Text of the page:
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Hermann Fohrmann
,
Jan O. Backhaus
,
Frank Blaume
, and
Jan Rumohr

Abstract

In the present paper a hydrostatic “reduced gravity” model, generally used to simulate transient bottom-arrested gravity plumes, was coupled with a sediment transport model. The coupled model considers the respective contribution of suspended sediment particles on the buoyancy of a plume and allows one to simulate autosuspension and size-differential deposition of sediments based on the local turbulence and settling velocities. Simulations using the coupled model reveal that sediment-enriched plumes are able to inject both entrained and original shelf water masses into intermediate and bottom layers of an adjacent ocean basin in an ageostrophic dynamical balance. Hence the mechanism described here is more rapid than classic, “seawater” plumes, which are solely driven by surplus density of the water masses. Results suggest that “turbidity” plumes may constitute an important process in the formation and renewal of deep waters in the Arctic Ocean. In case a turbidity plume reaches its level of equilibrium density, deposition of suspended particles causes the density of the interstitial fluid to be lower than the density of the ambient fluid. This initiates upward convection within the water column.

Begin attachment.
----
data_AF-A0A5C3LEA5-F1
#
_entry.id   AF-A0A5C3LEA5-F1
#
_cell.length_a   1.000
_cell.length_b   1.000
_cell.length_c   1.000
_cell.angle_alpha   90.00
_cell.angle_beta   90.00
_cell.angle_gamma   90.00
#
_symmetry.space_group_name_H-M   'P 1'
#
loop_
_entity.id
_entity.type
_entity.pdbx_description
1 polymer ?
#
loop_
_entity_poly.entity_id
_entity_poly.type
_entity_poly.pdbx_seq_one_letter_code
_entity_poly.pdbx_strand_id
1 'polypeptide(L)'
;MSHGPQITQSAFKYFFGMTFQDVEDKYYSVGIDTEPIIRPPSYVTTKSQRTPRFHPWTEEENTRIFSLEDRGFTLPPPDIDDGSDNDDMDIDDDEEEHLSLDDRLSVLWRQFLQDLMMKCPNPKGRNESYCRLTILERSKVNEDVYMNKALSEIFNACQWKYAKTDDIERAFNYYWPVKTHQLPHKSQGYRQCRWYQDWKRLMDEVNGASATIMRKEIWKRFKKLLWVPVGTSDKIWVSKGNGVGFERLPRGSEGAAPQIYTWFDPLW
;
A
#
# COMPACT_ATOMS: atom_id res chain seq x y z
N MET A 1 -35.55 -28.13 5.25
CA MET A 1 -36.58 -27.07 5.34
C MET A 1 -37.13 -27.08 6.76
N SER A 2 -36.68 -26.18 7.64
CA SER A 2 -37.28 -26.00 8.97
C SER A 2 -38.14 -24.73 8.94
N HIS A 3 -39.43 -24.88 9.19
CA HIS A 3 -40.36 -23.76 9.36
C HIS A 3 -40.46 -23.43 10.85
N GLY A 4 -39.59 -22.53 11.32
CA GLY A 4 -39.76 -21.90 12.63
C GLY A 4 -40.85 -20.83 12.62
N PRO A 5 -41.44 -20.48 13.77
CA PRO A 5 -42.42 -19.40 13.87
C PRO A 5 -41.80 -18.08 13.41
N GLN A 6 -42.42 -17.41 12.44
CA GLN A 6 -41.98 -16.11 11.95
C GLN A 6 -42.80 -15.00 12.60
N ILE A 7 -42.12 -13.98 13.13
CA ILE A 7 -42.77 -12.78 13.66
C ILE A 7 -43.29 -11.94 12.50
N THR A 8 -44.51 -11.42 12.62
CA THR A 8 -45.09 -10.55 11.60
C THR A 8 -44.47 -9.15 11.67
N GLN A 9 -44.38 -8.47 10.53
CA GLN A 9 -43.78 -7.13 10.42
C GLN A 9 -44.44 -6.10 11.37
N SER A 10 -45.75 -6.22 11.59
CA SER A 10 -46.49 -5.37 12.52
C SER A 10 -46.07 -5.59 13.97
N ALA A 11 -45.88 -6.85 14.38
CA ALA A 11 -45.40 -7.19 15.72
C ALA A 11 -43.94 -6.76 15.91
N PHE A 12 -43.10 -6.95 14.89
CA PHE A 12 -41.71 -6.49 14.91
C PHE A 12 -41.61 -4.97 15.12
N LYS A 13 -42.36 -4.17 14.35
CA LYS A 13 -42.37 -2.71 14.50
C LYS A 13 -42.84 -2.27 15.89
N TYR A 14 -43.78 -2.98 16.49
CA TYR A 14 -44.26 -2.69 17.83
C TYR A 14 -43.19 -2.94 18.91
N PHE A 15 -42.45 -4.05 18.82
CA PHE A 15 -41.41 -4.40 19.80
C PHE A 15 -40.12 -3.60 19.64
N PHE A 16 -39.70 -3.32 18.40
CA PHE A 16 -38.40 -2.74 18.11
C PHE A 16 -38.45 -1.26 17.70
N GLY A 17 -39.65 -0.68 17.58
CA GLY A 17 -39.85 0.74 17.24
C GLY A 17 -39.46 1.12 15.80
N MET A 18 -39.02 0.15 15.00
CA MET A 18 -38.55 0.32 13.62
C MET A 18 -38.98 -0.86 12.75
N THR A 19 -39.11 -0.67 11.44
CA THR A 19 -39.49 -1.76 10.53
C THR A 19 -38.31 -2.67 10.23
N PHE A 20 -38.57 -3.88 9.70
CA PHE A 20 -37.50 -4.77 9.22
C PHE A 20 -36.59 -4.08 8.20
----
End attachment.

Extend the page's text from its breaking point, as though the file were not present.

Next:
The substantial difference between TS- and turbidity plumes is described by model experiments that utilize idealized slope and sediment distributions. A realistic simulation of a turbidity plume cascading down the continental slope of the western Barents Sea is presented. The computed distribution of deposited sediments agrees well with observations in an area of high accumulation of shelf-derived sediments. The frequency of occurrence of sediment-enriched gravity plumes originating from the Barents Sea shelf is estimated from the various geological variables (thickness of sediments at the bottom, grain size composition) measured from bottom sediments samples.

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Peter Brandt
,
Angelo Rubino
,
Werner Alpers
, and
Jan O. Backhaus

Abstract